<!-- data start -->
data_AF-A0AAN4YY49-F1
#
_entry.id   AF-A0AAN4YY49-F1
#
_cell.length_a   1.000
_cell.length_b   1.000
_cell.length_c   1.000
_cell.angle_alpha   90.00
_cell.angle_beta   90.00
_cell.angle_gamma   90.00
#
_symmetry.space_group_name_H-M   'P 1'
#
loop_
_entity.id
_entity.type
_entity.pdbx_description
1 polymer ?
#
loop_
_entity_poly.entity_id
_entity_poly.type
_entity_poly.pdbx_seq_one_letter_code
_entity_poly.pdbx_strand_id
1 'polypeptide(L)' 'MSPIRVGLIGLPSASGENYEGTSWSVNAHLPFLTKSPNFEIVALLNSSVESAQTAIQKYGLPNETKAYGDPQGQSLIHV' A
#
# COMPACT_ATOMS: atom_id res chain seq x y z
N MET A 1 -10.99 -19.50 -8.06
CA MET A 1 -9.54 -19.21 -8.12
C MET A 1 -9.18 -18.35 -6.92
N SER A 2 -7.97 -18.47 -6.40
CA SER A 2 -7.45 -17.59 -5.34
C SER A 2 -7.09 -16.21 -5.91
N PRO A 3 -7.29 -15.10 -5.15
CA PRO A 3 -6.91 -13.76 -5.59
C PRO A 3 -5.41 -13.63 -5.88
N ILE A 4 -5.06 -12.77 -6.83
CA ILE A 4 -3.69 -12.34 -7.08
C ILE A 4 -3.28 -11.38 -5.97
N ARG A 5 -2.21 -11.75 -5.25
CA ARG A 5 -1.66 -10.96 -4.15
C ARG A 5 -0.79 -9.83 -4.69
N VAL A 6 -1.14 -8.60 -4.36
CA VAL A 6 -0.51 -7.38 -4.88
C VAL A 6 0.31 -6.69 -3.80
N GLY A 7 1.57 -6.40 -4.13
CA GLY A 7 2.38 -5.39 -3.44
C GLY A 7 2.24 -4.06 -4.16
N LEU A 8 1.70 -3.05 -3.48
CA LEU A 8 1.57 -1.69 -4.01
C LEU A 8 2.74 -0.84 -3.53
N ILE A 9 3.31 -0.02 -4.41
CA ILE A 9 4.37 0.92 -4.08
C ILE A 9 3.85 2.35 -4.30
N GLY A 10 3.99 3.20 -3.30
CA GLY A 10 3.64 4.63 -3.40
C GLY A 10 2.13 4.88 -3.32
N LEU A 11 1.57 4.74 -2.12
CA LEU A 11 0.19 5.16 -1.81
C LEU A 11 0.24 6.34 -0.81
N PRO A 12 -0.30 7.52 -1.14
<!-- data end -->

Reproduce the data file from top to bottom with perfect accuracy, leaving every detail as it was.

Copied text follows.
data_AF-A0AAN4YY49-F1
#
_entry.id   AF-A0AAN4YY49-F1
#
_cell.length_a   1.000
_cell.length_b   1.000
_cell.length_c   1.000
_cell.angle_alpha   90.00
_cell.angle_beta   90.00
_cell.angle_gamma   90.00
#
_symmetry.space_group_name_H-M   'P 1'
#
loop_
_entity.id
_entity.type
_entity.pdbx_description
1 polymer ?
#
loop_
_entity_poly.entity_id
_entity_poly.type
_entity_poly.pdbx_seq_one_letter_code
_entity_poly.pdbx_strand_id
1 'polypeptide(L)' 'MSPIRVGLIGLPSASGENYEGTSWSVNAHLPFLTKSPNFEIVALLNSSVESAQTAIQKYGLPNETKAYGDPQGQSLIHV' A
#
# COMPACT_ATOMS: atom_id res chain seq x y z
N MET A 1 -10.99 -19.50 -8.06
CA MET A 1 -9.54 -19.21 -8.12
C MET A 1 -9.18 -18.35 -6.92
N SER A 2 -7.97 -18.47 -6.40
CA SER A 2 -7.45 -17.59 -5.34
C SER A 2 -7.09 -16.21 -5.91
N PRO A 3 -7.29 -15.10 -5.15
CA PRO A 3 -6.91 -13.76 -5.59
C PRO A 3 -5.41 -13.63 -5.88
N ILE A 4 -5.06 -12.77 -6.83
CA ILE A 4 -3.69 -12.34 -7.08
C ILE A 4 -3.28 -11.38 -5.97
N ARG A 5 -2.21 -11.75 -5.25
CA ARG A 5 -1.66 -10.96 -4.15
C ARG A 5 -0.79 -9.83 -4.69
N VAL A 6 -1.14 -8.60 -4.36
CA VAL A 6 -0.51 -7.38 -4.88
C VAL A 6 0.31 -6.69 -3.80
N GLY A 7 1.57 -6.40 -4.13
CA GLY A 7 2.38 -5.39 -3.44
C GLY A 7 2.24 -4.06 -4.16
N LEU A 8 1.70 -3.05 -3.48
CA LEU A 8 1.57 -1.69 -4.01
C LEU A 8 2.74 -0.84 -3.53
N ILE A 9 3.31 -0.02 -4.41
CA ILE A 9 4.37 0.92 -4.08
C ILE A 9 3.85 2.35 -4.30
N GLY A 10 3.99 3.20 -3.30
CA GLY A 10 3.64 4.63 -3.40
C GLY A 10 2.13 4.88 -3.32
N LEU A 11 1.57 4.74 -2.12
CA LEU A 11 0.19 5.16 -1.81
C LEU A 11 0.24 6.34 -0.81
N PRO A 12 -0.30 7.52 -1.14